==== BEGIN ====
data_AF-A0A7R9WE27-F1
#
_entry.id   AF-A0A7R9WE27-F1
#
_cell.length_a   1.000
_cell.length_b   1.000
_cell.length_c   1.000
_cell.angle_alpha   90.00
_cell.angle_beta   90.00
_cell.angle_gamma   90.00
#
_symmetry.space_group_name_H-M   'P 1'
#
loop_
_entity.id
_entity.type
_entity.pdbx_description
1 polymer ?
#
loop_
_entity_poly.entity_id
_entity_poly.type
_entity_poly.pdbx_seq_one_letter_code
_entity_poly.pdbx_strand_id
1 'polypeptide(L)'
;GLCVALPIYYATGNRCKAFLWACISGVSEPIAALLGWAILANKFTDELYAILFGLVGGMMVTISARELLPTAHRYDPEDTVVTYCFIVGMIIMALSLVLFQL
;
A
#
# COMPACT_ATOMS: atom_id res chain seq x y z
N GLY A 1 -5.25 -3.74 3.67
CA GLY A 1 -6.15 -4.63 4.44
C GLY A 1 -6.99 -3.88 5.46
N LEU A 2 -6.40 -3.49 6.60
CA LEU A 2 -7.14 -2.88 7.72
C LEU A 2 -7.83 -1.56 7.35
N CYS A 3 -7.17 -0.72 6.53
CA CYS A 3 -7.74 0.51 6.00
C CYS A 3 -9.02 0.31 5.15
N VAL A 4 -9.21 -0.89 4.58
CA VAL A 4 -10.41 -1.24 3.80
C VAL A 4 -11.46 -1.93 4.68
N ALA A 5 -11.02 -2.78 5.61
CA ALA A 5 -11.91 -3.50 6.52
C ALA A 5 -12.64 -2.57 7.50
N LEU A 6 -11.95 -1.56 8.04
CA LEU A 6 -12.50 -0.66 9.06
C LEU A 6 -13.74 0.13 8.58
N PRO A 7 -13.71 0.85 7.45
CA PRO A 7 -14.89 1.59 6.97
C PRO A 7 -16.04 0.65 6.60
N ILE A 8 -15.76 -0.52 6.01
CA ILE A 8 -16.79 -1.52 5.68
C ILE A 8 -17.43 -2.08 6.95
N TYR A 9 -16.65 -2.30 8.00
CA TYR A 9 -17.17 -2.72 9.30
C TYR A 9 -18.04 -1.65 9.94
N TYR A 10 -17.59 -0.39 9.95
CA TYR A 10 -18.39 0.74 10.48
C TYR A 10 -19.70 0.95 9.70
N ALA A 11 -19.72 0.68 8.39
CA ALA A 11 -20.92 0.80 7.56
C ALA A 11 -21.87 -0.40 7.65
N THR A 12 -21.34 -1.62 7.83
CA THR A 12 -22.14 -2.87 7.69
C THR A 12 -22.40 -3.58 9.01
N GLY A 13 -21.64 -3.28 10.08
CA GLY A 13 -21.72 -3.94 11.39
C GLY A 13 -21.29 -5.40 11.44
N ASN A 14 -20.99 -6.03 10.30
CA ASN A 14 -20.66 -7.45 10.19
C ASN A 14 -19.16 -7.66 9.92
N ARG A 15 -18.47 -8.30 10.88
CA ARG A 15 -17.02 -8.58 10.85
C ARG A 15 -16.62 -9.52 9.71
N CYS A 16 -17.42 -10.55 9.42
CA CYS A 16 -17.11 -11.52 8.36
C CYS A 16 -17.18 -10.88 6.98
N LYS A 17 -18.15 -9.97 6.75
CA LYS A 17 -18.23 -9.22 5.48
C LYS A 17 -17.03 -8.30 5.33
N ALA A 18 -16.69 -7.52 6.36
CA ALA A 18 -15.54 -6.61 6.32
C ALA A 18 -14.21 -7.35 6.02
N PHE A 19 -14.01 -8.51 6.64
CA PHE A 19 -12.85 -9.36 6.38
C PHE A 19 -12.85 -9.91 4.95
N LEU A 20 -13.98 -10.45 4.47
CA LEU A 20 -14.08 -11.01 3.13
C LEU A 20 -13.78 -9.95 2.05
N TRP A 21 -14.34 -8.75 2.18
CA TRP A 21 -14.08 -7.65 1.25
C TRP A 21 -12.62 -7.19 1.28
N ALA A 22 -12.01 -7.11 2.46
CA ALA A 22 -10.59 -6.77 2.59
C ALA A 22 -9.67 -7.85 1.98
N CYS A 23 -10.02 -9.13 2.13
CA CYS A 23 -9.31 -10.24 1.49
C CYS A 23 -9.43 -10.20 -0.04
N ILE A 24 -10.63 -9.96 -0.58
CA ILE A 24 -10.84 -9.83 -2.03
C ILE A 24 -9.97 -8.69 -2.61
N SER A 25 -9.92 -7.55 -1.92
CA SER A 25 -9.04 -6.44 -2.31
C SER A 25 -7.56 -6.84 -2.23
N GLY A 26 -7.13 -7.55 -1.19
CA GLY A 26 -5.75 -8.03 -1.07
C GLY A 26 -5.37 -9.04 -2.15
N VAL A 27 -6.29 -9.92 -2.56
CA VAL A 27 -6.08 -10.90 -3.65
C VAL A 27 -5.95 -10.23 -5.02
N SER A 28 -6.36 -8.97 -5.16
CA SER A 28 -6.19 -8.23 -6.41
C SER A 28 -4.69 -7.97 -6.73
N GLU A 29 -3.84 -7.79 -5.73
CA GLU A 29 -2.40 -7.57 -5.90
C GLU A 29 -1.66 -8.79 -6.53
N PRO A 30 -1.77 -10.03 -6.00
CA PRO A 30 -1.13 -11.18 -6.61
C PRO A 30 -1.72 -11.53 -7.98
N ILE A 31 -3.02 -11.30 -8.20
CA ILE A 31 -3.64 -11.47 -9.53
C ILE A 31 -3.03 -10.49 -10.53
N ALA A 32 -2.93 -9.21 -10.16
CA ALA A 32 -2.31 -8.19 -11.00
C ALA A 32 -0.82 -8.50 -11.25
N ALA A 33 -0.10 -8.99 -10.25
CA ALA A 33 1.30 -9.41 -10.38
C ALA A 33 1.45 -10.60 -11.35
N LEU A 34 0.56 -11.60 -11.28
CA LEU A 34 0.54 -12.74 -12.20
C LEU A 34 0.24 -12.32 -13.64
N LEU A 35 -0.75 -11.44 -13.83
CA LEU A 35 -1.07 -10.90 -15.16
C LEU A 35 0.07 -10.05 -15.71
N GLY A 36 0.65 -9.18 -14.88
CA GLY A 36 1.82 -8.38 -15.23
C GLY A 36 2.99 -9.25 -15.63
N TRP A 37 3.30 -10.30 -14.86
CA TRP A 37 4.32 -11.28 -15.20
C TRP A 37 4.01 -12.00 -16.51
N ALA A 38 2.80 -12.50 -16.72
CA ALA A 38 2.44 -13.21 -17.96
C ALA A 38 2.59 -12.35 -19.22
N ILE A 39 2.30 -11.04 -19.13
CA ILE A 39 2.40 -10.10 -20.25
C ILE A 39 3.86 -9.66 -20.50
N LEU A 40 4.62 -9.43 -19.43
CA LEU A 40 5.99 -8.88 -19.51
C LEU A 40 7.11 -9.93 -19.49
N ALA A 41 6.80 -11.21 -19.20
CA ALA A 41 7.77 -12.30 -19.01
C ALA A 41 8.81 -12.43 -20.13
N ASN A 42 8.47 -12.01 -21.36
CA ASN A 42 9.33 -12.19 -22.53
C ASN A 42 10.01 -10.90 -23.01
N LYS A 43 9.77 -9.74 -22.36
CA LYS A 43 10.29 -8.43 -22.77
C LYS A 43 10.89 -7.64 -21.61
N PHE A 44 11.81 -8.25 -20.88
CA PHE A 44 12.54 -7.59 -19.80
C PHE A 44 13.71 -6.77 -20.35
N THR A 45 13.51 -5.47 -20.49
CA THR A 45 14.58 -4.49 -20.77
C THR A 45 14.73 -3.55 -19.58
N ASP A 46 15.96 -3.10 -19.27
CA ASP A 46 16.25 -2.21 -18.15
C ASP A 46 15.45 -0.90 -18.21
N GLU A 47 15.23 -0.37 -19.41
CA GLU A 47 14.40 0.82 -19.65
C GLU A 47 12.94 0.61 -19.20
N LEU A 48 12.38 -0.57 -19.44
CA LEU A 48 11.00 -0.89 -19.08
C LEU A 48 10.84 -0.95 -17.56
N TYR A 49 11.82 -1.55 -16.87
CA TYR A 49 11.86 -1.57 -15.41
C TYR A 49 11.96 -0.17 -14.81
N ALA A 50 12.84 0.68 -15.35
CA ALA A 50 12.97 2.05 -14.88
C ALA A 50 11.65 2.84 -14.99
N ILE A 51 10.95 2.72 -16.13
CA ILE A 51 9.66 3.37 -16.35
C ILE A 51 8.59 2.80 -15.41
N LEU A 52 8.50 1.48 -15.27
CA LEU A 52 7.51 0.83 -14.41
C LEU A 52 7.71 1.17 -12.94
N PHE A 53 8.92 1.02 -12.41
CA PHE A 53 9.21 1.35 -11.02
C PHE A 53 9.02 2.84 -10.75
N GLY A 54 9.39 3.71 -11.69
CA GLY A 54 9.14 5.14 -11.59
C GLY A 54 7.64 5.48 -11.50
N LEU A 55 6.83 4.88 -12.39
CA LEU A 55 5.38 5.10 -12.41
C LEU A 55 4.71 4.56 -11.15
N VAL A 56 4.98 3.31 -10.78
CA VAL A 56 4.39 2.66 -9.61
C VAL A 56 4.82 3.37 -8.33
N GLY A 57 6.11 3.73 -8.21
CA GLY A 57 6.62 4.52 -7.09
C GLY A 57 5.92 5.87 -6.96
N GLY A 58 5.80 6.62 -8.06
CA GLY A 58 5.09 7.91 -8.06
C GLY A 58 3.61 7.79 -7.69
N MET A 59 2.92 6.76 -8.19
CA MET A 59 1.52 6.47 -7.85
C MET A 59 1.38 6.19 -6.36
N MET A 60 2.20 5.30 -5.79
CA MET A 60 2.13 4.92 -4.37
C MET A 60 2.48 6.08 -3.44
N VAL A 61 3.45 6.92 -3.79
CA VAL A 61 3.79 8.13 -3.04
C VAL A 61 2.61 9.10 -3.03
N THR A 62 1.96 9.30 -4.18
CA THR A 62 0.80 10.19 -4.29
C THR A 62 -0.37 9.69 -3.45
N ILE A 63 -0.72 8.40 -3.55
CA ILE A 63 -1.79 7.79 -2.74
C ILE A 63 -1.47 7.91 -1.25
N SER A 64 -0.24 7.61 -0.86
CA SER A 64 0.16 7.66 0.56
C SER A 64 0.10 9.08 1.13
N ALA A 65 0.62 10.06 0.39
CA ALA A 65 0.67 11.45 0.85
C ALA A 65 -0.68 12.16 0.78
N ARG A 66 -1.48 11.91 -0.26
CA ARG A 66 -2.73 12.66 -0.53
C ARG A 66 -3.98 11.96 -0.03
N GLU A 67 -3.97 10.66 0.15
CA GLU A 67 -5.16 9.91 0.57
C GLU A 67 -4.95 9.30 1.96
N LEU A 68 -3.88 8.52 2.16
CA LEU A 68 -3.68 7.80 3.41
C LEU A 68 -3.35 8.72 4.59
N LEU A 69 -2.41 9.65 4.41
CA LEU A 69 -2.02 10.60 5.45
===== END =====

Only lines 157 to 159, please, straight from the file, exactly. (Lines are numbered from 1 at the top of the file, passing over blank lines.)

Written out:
N LYS A 43 9.77 -9.74 -22.36
CA LYS A 43 10.29 -8.43 -22.77
C LYS A 43 10.89 -7.64 -21.61